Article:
as in previous transplant trials. In a small
human study, the device has been proven
safe, and the cells are able to survive,
produce insulin, and link up naturally to the
blood system - a very important first step."
JDRF is helping to fund the next human
clinical trial about to be undertaken in the
US. Previous research has been done
in Canada. How permanent the implant
works will depend on how long the cells
last. Says Toleikis, "We are still learning
about that. The device is implanted,
then there is a wait for a period of twoto-four weeks while it starts to develop
the tissue-lined chambers with the blood
supply. Then the cells are transplanted.
They will start release releasing insulin
into the bloodstream. Cell Pouch islets
are glucose responsive, meaning that
the cells that produce insulin have a
mechanism inside that reads glucose
levels and they will then release insulin
into the blood system if glucose is high.
They turn on or off according to glucose
levels and are much more accurate than
any CGM-and-insulin pump combination.
We are aiming for patients to be making
their own insulin again and for no insulin
injections or infusion pumps or CGM to
While human donor islets are great,
there is a need for an unlimited supply of
cells. There are two types of stem cells.
First are progenitor cells, which develop
in the body over time. Then there are fully
differentiated cells. These can function
straightaway. Sernova is assessing the
best technologies for the Cell Pouch.
These cells can provide an unlimited
supply to treat millions of people.
"If our technologies prove successful,"
says Toleikis, "There should be fewer
doctor visits, far fewer side-effects thereby
reducing the real cost of diabetes in both
human and financial terms."
*Although this is well documented, this specific
information was taken from a page on the website
The Edmonton Protocol: Researchers
at the University of Alberta in Edmonton,
Canada. These scientists have used a
procedure called the Edmonton Protocol
to treat patients with Type 1 diabetes who
have severe hypoglycaemia unawareness.
In this procedure, researchers use
specialized enzymes to remove islets
from the pancreas of a deceased donor.
For an average-size person (70 kg),
a typical transplant requires about 1
million islets, equal to two donor organs.
Because the islets are extremely fragile,
transplantation occurs immediately after
they are removed. The surgeon uses
ultrasound to guide placement of a small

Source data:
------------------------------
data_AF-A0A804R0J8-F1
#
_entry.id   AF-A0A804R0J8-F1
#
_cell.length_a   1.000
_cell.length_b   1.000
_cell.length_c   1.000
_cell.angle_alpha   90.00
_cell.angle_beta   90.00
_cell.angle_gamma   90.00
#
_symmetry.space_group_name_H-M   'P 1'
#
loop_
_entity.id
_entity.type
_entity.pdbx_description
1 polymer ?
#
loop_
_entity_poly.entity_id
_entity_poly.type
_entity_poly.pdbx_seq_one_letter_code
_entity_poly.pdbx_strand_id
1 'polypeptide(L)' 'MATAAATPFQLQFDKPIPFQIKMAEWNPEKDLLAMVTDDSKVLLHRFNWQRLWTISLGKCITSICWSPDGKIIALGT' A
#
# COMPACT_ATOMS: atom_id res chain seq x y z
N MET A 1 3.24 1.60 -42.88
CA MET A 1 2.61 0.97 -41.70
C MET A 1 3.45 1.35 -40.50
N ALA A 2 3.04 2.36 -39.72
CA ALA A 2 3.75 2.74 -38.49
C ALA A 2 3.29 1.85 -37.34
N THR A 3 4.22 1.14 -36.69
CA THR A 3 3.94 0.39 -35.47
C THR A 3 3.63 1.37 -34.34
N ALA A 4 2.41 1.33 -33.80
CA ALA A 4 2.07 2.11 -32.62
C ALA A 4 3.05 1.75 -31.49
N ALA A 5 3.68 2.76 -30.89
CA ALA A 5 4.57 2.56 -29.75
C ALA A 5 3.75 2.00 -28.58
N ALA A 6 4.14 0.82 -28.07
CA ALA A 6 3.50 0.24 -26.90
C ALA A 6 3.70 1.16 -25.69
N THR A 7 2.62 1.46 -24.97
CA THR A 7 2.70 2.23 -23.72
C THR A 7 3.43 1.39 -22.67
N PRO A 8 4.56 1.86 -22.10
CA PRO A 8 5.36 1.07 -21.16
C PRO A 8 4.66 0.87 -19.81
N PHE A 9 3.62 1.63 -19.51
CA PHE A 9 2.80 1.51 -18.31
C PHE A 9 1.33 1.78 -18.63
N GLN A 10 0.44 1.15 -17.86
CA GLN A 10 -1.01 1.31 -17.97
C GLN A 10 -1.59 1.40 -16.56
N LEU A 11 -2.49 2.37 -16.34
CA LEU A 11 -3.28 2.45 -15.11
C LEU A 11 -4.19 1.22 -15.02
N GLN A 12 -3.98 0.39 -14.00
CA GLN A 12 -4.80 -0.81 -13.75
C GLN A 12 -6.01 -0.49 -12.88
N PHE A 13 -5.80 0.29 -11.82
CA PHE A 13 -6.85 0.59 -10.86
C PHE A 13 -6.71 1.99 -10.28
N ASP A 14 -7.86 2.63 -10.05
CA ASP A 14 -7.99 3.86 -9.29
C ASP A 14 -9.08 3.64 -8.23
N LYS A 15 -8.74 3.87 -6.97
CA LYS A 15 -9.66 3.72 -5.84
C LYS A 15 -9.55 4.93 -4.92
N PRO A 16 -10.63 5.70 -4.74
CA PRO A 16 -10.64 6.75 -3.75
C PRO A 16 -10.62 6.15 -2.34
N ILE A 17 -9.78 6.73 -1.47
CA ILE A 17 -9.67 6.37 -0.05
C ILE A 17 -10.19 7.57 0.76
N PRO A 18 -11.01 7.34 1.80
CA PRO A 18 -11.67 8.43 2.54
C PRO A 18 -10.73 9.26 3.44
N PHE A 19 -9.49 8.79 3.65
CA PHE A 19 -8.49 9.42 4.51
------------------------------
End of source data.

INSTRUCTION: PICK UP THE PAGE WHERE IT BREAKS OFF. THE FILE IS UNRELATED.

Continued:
plastic tube (catheter) through the upper
abdomen and into the liver. The islets are
then injected through the catheter into
the liver. It takes some time for the cells
to attach to new blood vessels and begin
releasing insulin. Immunosuppressive
(anti-rejection) drugs are needed to
keep the transplanted islets functioning.
Researchers do not fully know what longterm effects
these drugs may have. More
research is needed to answer questions
about how long the islets will survive and
how often the transplantation procedure
will be successful. (American Diabetes
Glucose responsive technology:
The cells that produce insulin have a
mechanism inside that reads glucose
levels and they will then release insulin into
the blood system if glucose is high. They
are glucose responsive as they turn on or
off according to glucose levels.
Islet cells: The pancreatic islets, or
islets of Langerhans, are the regions of
the pancreas that contain its hormoneproducing
cells, discovered in 1869 by
pathological anatomist Paul Langerhans.
Microencapsulation: A microcapsule is
a small sphere with a uniform wall around
it. The material inside the microcapsule is
referred to as the core, internal phase, or
fill, whereas the wall is sometimes called
a shell, coating, or membrane. It is mainly
used to increase the stability and life of the
product being encapsulated.
Regenerative medicine: a branch of
translational research in tissue engineering
and molecular biology which deals with
the "process of replacing, engineering
or regenerating human cells, tissues or
organs to restore or establish normal
function". (Wikipedia). This branch of
medicine includes stem cell research.